While serving as hosts for the inaugural American Country Countdown Awards in December, Florida Georgia Line – the twosome of Brian Kelley from the Sunshine State and Tyler Hubbard, pride of the Peach State – turned the two-hour televised show into a party.
Seems the duo has a knack for doing that. So it was no surprise that the North Little Rock stop on Florida Georgia Line’s first concert tour as headliners turned into one big party itself. With a crowd of 12,874 Saturday night at Verizon Arena cheering, dancing and singing along, the guys delivered their upbeat, relatable music about regular life with gusto. Of course, you have to realize that by regular life, we mean one that includes beer, weekends, girls in tight jeans, pickups and a world where it always seems to be summer.
That’s the new country music, or bro country, if you will. And the fun-loving Kelley and Hubbard, along with pals like Luke Bryan, Blake Shelton, Jason Aldean and Jake Owen, are two of the torchbearers of the sound that now dominates country radio.
It’s hard not to like – even if your allegiance is to more traditional country – and certainly the crowd at Verizon, which leaned heavily toward the young side, loved it. For instance, you gotta love “Dirt,” the No. 1 hit that outlines all the things that make you wanna build a “10 percent down white picket fence house on this dirt.”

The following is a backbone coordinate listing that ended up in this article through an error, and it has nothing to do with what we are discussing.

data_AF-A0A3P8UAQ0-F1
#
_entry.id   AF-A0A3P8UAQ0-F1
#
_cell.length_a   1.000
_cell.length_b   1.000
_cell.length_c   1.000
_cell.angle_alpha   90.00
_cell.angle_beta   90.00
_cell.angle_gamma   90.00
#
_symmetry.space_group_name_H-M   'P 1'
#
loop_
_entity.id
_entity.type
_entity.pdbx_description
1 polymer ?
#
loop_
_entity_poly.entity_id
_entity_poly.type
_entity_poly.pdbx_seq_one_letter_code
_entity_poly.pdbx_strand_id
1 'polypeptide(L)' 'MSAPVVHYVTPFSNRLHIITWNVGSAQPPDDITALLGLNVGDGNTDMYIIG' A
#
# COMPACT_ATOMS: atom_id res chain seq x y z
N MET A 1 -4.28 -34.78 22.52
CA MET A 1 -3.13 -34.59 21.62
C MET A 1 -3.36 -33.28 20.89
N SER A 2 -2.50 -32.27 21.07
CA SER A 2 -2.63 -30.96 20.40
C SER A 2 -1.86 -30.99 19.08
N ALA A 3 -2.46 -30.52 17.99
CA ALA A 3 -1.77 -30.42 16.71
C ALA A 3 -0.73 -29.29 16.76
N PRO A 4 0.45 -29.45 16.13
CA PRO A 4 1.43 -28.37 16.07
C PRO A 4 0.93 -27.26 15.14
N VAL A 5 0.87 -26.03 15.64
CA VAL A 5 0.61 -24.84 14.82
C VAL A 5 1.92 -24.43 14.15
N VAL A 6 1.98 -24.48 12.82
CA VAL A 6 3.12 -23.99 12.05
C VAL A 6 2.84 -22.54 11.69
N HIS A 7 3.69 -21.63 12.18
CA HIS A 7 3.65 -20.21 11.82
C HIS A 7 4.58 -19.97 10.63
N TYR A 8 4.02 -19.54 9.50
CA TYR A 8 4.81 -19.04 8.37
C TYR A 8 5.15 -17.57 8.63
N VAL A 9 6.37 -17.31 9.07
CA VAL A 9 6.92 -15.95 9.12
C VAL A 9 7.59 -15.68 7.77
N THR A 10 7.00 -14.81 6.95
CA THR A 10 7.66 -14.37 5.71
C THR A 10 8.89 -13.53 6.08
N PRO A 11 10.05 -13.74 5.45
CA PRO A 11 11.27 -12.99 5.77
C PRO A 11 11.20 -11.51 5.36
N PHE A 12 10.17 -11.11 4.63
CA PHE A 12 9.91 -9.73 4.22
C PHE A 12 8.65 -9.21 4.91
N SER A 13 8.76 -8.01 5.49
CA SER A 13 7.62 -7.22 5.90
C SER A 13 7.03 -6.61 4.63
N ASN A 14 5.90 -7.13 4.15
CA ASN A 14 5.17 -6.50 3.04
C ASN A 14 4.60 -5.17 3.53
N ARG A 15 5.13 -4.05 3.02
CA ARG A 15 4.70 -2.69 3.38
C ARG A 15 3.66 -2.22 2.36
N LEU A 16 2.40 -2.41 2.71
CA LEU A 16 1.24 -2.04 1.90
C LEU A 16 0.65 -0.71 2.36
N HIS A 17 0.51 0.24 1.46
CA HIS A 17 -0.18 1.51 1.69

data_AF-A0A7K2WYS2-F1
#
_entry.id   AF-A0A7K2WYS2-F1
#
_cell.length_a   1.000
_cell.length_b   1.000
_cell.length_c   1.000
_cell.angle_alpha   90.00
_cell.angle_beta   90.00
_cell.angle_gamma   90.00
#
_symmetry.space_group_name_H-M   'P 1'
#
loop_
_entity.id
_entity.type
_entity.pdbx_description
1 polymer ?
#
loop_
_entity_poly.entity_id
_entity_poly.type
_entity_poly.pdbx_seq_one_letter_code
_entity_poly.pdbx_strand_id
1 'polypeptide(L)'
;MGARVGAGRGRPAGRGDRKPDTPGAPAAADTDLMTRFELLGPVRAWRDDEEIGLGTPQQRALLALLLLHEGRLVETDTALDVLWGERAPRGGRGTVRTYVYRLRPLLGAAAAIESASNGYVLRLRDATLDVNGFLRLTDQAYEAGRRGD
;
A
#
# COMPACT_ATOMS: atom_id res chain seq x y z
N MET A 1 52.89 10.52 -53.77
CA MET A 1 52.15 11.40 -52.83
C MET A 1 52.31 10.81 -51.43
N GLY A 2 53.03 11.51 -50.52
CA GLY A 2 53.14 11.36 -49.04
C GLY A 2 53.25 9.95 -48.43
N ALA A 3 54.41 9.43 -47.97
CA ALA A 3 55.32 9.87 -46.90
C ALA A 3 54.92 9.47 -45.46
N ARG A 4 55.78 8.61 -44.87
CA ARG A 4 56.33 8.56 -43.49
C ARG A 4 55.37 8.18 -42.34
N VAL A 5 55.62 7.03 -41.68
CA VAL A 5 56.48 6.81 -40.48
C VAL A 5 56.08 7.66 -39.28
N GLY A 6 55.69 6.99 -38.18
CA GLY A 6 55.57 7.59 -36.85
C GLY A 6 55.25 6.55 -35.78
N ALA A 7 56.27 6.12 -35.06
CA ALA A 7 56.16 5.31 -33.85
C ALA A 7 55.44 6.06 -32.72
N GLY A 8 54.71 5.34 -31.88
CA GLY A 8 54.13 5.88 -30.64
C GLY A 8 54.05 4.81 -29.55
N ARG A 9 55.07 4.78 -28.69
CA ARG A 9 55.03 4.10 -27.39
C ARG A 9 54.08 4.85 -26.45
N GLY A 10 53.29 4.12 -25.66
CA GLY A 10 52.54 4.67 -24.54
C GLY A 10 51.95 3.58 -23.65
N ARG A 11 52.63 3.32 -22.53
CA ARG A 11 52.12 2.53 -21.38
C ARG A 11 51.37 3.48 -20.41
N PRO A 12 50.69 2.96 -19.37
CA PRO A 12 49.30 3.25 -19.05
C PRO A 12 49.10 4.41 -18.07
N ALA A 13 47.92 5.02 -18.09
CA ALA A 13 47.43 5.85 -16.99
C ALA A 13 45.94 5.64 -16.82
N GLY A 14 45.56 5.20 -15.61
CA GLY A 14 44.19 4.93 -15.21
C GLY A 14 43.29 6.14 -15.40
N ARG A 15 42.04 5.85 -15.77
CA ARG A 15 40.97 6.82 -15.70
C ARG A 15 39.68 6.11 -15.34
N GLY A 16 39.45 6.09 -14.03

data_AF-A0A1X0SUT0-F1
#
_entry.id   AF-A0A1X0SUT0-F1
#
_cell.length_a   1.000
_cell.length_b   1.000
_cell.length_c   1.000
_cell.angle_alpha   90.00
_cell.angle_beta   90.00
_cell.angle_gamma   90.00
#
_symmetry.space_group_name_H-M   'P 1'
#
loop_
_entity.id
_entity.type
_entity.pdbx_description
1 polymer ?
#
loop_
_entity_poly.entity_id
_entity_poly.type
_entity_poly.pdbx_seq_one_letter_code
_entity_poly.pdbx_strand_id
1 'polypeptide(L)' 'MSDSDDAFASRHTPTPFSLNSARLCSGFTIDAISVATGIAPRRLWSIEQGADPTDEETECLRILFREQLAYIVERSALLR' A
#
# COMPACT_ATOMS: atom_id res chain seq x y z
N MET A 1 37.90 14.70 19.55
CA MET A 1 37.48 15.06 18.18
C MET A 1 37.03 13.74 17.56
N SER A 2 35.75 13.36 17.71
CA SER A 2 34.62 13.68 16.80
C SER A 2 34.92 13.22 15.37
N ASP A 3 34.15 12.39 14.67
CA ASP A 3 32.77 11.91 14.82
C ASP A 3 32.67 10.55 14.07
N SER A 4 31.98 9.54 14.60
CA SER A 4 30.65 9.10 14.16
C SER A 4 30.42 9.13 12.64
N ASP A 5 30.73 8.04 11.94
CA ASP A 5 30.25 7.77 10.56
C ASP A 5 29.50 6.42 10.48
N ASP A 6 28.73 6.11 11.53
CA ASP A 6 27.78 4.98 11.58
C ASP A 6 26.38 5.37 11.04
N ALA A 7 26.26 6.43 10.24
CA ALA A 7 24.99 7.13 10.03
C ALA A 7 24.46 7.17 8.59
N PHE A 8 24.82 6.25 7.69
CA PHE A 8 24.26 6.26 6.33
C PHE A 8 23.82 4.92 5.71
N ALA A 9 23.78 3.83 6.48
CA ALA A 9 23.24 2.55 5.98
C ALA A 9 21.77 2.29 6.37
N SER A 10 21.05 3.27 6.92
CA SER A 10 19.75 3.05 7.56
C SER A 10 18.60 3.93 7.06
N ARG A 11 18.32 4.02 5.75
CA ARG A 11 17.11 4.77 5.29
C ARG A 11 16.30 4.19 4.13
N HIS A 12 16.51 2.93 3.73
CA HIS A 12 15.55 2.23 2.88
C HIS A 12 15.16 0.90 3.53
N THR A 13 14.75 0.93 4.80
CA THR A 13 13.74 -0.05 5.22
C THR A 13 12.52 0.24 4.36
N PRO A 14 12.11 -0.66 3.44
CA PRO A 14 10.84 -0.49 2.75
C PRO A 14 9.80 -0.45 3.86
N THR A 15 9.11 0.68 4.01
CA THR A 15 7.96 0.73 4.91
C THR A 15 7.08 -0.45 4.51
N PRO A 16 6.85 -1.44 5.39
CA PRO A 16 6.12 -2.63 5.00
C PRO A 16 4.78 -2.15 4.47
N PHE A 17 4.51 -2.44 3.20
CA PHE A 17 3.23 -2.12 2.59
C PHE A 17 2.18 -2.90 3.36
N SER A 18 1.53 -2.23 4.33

Then there’s “Get Your Shine On” (yeah, cell phones lit up the arena), the cover of Black Stone Cherry’s “Stay,” the smash hits “Round Here” and “This Is How We Roll,” and another surefire hit, the duo’s next single, “Sippin’ on Fire.”
Back to that real-life thing, Kelley and Hubbard decided it would be a great idea on their Anything Goes Tour to let fans hear snippets of songs that have influenced them along the way. And while the crowd obviously loved verses from songs like “Forgot About Dre” and “We Dem Boyz,” it was a rocking version of Garth Brooks’ “Friends in Low Places” that just about brought the house down before a likewise boisterous, evening-ending performance of the mega-hit “Cruise.”
Maybe, just maybe, though, the most authentic country song we heard all night long was Thomas Rhett’s “Beer With Jesus.” Despite the title, the number, which Rhett wrote a few years back as a college junior, isn’t a drinking song at all. It’s about getting to ask Jesus a few questions, like “have you been there from the start?” and “how’d you change a sinner’s heart?”
Back in 2013, when Rhett, the middle performer this time around, was the opening act for a show at Verizon Arena that featured Aldean and Owen, I called the song “curiously terrific.” And each time I hear it – especially when I have the opportunity to listen to him perform it live – it reminds me of Rhett’s excellent command of ballads. In a blaring, thunderous, three-hour-plus concert filled with bro-country party anthems, driving guitars, smoke machines, intricate lasers, eye-catching visuals and roving spotlights, it was a nice change of pace to hear Rhett slow things down a bit.
His acoustical version – soothingly just him and his guitar – of “I Could Die a Happy Man” also hit the spot. It’s a poignant song he plans to include on his next album. Of course, the crowd also enjoyed the hits sprinkled throughout the affable Rhett’s 10-song set, including “It Goes Like This,” “Get Me Some of That” and “Make Me Wanna.” He shifted gears again in closing with a fun version of Bruno Mars’ “Uptown Funk.”
Newcomer Frankie Ballard opened the show with a tight five-song set highlighted by his hits “Sunshine & Whiskey” and “Helluva Life” and the catchy “Drinky Drink.”